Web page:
You have been very clear about parts of the body that are used to sit on a couch and let your child know in a calm and praising manner.  We all love a bit of praise.  Some of you might be waiting quite some time before you find your toddler sitting quietly on a couch – yes some toddlers can actually do this! If it is not your toddler, don’t worry, let them know the rule in the act.  You look across and see your child jumping furiously on your couch.  You go to yell, stop.  Instead, a calm but firm voice, point out what the problem is.  “Liam, couches are for sitting on, please show me how you sit on a couch, bottoms only on our couch.” (It would also help if you have eye contact with your toddler at the same time, then they are more likely to hear you.  Also, consider touching them and showing them what you expect)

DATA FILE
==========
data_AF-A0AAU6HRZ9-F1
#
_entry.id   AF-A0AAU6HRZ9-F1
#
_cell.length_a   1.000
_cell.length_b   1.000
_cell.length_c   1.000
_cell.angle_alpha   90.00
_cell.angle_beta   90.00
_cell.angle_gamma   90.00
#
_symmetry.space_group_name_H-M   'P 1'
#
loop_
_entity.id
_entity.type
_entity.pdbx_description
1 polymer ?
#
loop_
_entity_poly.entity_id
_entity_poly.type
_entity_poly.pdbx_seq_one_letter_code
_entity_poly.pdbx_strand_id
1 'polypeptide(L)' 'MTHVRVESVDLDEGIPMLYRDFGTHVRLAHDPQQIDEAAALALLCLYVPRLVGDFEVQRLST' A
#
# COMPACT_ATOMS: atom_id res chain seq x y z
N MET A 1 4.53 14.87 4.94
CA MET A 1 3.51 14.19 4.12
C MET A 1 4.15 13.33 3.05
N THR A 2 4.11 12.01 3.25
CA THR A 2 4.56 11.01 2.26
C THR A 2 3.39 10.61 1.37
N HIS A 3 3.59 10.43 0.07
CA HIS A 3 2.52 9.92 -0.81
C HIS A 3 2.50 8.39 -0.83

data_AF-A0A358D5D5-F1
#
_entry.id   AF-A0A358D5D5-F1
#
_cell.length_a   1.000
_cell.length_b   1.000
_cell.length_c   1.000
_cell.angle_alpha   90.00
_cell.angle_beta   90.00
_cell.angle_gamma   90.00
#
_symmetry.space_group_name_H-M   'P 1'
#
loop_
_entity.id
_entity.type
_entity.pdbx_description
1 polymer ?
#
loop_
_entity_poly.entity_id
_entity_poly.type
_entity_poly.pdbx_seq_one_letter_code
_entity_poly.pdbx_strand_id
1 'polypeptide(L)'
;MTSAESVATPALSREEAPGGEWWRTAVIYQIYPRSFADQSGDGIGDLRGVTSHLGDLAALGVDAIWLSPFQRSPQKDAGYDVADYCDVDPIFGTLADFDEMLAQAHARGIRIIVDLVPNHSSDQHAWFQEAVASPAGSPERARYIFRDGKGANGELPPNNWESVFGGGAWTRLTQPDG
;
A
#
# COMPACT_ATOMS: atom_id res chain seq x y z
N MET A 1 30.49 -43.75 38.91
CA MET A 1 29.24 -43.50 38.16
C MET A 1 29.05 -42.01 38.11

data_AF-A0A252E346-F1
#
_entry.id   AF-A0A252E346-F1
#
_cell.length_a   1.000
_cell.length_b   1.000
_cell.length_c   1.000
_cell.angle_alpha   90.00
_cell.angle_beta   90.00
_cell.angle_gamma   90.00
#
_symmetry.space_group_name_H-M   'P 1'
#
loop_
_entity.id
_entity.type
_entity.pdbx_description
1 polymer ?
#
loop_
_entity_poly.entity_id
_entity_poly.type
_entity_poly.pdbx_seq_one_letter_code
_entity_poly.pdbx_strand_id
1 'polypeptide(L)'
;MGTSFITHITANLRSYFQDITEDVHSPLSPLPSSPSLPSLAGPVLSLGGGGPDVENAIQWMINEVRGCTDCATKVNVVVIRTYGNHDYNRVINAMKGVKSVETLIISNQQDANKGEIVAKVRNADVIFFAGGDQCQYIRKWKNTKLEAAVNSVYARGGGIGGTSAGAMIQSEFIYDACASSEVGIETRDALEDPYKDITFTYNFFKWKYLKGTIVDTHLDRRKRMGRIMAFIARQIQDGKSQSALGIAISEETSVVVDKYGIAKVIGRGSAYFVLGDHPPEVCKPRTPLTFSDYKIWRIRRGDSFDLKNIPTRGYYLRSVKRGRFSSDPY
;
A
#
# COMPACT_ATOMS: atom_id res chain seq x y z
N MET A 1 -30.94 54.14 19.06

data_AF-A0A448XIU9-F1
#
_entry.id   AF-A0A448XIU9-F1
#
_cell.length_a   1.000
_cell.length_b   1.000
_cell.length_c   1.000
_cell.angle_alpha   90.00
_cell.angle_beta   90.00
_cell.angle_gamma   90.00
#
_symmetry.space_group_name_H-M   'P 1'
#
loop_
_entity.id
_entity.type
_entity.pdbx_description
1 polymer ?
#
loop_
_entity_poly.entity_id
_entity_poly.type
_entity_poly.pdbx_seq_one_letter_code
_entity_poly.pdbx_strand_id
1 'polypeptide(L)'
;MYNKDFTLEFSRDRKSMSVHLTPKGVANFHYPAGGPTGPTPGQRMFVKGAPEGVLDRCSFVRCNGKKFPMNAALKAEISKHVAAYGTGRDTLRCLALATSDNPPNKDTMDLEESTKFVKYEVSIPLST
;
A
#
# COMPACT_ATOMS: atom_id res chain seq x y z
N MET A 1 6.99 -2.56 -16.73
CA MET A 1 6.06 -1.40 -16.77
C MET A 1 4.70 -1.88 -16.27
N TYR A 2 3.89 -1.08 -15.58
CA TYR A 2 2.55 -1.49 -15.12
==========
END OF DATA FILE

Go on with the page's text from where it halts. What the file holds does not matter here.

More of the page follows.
There, you said it, clearly stated and with not a hint of anger or frustration, well done.  Your child is more likely to listen to what you have to say in this tone.  This is your warning for the behaviour.  Wait and see what your child does with this clear statement.  If Liam is compliant, then praise him very quickly.  “Great listening Liam, thank you for sitting on the couch / for stopping jumping on the couch.”  You have praised Liam for understanding the request and what part of what he did that makes you happy.   Fantastic outcome and you have just avoided one less fight for the day.  Toddlers are challenging boundaries all the time as they should, this is their job at this age and they are very good at it.   When we are not telling them what to do, they will often be more receptive to participating in our request.   Another outcome may be that Liam continues to jump on the couch despite your request.  He may be testing you out to see what you are going to do about this.   His body may also be overwhelmingly be wanting him to jump, move and develop because he has been sitting inside for a good few hours now.  He can’t keep still any longer.  You need to enforce this rule.  Telling him ten times what the rule is won’t get you anywhere and then you are likely to lose your temper on the eleventh request, to which you mumble to yourself, that this rule stuff doesn’t work!   Be patient, it is a learning goal for both of you.    Go over to Liam and calmly get him down off the couch, if he is receptive, let him know the rule again – ‘Couches are for sitting on, I can see that you are not sitting on the touch, now please get down.”